In 2016, landowners petitioned Renville County to approve a ditch-drainage project that would transform more than a mile of the upper reach of Limbo Creek. The Minnesota Center for Environmental Advocacy (MCEA) petitioned the county to complete an EAW prior to the ditch project. The county determined that the upper reach of Limbo Creek was not a public water because it was not listed on the 1985 public water inventory list, and therefore denied the EAW petition and approved the ditch-drainage project. The MCEA brought suit in the court of appeals challenging the county’s decision. The court held that the county erred in determining the upper reach of Limbo Creek is not a public water because it is not on the inventory list, rather than applying the statutory definition of public water, and therefore remanded to the county to complete a mandatory EAW, which brings us to this Supreme Court case.

The Supreme Court noted that the narrow dispute in this case is the question as to what classification of waters should control whether the upper reach is or is not public water. On the one hand, MCEA argues that the statutory definition of public waters under §103G.005 subd. 15 controls, and on the other hand, the county argues that the public water inventory list is the controlling factor.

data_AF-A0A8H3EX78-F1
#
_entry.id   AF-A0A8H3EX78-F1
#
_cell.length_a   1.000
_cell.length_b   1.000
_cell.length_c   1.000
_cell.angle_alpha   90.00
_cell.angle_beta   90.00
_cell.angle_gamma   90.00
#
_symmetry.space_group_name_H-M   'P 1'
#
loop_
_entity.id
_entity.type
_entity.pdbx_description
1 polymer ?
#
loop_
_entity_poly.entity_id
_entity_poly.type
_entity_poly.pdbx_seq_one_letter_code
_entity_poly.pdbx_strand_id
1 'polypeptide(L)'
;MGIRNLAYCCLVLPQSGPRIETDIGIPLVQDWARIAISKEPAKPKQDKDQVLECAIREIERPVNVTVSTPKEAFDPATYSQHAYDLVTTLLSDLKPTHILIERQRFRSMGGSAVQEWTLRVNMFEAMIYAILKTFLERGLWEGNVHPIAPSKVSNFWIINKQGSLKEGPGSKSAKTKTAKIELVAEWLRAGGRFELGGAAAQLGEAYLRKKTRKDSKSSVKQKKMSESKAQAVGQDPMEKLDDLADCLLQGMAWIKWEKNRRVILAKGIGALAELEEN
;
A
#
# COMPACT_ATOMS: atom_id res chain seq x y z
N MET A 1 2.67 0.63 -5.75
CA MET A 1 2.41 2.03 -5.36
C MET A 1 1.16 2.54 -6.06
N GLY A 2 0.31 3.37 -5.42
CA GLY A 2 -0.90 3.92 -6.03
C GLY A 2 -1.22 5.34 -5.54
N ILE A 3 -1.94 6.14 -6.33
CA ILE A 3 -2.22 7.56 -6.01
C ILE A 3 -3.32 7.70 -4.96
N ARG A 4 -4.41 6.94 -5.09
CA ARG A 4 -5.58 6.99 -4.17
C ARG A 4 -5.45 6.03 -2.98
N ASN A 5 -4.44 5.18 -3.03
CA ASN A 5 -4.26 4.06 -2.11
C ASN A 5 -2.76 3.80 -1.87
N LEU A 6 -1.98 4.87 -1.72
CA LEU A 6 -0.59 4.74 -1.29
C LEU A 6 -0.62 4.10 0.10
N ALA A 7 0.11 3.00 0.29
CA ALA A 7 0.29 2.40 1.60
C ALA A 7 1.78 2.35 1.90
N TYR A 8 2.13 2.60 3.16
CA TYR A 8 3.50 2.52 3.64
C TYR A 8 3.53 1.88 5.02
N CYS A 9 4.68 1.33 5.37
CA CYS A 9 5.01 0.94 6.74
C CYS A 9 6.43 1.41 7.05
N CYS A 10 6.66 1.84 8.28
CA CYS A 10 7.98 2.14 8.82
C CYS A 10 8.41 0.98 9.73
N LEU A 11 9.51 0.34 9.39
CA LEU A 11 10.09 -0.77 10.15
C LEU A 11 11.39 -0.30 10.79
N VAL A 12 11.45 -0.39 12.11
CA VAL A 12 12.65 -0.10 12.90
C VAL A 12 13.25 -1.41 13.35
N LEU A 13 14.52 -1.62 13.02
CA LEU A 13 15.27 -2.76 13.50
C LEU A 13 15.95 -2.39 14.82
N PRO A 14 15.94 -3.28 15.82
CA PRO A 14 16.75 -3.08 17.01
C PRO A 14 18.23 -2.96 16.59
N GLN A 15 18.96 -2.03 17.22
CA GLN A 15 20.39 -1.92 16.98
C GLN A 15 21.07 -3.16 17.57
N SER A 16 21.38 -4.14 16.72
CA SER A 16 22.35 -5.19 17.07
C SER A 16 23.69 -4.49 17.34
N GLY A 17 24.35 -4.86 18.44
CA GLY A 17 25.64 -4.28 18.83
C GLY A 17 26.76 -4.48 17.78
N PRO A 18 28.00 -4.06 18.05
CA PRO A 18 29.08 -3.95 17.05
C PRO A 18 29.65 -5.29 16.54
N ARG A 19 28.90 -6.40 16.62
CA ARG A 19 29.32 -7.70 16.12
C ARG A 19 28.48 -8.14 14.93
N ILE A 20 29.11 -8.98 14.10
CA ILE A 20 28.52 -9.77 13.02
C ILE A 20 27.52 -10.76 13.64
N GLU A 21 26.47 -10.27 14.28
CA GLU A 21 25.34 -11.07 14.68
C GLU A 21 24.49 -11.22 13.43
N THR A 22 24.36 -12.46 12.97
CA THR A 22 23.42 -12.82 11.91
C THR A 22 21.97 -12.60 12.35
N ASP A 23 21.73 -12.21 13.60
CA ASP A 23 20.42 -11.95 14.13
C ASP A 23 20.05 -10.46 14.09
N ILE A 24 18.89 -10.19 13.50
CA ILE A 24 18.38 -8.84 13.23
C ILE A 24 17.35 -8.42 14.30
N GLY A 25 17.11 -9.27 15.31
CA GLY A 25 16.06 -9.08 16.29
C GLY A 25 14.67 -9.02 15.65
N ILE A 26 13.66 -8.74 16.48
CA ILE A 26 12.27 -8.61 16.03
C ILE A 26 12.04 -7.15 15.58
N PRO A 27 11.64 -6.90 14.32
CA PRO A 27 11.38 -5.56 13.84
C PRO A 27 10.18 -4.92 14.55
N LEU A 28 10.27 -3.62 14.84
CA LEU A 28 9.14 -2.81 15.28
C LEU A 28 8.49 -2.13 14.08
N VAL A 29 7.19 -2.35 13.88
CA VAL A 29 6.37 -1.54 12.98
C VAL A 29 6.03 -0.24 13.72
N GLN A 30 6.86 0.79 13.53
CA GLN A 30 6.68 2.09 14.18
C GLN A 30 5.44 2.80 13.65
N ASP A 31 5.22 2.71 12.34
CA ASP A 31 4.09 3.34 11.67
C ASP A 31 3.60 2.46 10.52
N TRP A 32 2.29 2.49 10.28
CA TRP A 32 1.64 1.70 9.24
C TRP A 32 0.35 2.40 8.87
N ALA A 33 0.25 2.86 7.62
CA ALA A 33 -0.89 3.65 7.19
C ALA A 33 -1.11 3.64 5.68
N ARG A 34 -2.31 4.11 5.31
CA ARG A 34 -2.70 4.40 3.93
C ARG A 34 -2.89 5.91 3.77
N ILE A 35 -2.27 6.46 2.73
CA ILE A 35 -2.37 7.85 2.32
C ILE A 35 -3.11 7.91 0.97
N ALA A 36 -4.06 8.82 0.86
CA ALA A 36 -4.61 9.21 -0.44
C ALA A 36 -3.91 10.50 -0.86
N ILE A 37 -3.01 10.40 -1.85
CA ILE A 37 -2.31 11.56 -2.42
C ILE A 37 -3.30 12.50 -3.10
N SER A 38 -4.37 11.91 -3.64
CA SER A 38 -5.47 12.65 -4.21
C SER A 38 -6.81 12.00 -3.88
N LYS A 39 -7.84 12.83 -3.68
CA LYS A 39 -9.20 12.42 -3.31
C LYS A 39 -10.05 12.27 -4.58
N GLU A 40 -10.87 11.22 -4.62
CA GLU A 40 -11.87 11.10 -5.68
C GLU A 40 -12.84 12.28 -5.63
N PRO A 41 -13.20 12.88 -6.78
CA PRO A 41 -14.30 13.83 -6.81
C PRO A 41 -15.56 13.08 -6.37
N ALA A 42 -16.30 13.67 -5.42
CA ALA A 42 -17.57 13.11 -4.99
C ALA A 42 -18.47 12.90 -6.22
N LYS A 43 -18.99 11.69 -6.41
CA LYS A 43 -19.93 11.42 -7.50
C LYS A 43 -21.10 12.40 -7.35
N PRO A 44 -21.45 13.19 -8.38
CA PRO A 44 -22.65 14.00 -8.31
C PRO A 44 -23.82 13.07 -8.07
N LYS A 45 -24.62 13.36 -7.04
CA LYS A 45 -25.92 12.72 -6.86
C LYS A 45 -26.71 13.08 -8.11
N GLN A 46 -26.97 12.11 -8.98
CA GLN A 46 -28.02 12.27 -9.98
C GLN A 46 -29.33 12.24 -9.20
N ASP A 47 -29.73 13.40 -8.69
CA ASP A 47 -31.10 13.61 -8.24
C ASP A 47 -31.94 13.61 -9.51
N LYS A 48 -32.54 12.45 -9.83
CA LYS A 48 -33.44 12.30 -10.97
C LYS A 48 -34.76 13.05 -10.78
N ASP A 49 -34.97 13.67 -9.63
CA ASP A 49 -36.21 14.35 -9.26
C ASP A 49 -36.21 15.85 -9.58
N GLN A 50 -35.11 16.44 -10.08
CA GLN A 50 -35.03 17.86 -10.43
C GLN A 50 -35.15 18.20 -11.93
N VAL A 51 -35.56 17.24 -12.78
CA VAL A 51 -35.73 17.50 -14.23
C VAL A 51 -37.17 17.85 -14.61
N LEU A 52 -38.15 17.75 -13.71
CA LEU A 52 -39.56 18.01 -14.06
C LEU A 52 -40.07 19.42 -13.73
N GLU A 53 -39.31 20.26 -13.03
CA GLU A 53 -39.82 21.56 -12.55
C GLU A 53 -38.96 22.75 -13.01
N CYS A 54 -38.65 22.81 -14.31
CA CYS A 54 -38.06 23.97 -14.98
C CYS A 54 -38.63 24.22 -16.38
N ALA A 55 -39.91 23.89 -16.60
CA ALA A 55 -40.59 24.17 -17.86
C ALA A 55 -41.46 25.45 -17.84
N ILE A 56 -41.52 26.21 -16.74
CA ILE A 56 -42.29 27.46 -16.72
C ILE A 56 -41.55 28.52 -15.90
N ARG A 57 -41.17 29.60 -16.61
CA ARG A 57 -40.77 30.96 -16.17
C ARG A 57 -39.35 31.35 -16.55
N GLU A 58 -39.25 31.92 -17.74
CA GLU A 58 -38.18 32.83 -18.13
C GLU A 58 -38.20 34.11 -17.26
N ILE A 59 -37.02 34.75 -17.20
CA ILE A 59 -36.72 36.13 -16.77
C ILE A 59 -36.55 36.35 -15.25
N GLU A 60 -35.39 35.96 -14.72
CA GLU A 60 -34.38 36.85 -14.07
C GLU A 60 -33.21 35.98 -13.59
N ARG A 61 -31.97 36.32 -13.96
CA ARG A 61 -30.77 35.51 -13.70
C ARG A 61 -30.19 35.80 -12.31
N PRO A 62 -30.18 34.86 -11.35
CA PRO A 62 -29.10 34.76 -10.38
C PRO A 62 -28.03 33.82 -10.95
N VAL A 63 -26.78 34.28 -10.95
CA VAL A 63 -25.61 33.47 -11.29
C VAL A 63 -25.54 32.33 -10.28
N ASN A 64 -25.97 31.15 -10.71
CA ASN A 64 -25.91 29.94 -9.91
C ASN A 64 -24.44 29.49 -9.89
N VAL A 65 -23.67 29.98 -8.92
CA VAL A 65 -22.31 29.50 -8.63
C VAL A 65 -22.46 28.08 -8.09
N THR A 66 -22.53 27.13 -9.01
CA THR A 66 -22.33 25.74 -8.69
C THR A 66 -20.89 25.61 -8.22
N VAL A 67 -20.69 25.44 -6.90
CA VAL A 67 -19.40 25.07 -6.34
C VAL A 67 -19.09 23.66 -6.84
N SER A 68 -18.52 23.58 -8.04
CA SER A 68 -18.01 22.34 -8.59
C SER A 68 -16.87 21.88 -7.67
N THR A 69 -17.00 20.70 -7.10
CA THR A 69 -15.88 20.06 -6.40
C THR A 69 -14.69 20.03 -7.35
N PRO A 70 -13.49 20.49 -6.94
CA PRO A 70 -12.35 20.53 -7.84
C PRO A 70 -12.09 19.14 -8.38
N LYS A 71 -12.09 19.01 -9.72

In its analysis, the Supreme Court agrees with the county that the upper reach of Limbo Creek does not appear on the inventory list, but the Court points to the fact that the upper reach of Limbo Creek does appear on the inventory map. The Court then details the Renville County inventory map showing the upper reach of Limbo Creek as a heavy-dashed line which represents a watercourse that is a protected public water as well as a public ditch. Therefore, the Supreme Court held that the appeals court did not err when relying on the statutory definition of public waters in §103G.005 subd. 15, and not on whether the water body was included on the inventory list, when determining whether the upper reach of Limbo Creek is a public water. As such, the proposed ditch-drainage project that would alter the public water requires an EAW.

Finally, the Supreme Court noted that this case only answered the narrow question regarding Limbo Creek, and not the broader question of whether the inventory or the statutory definition should control classification of public water statewide, stating that “[i]t is the duty of the Legislature to clarify the relationship between the inventory in the statutory definition of public waters.” Matter of: Petition of MCEA for commencement of an environmental assessment worksheet, No. A20–1592, 2022 WL 4488498 (N.W.2d 9/28/2022).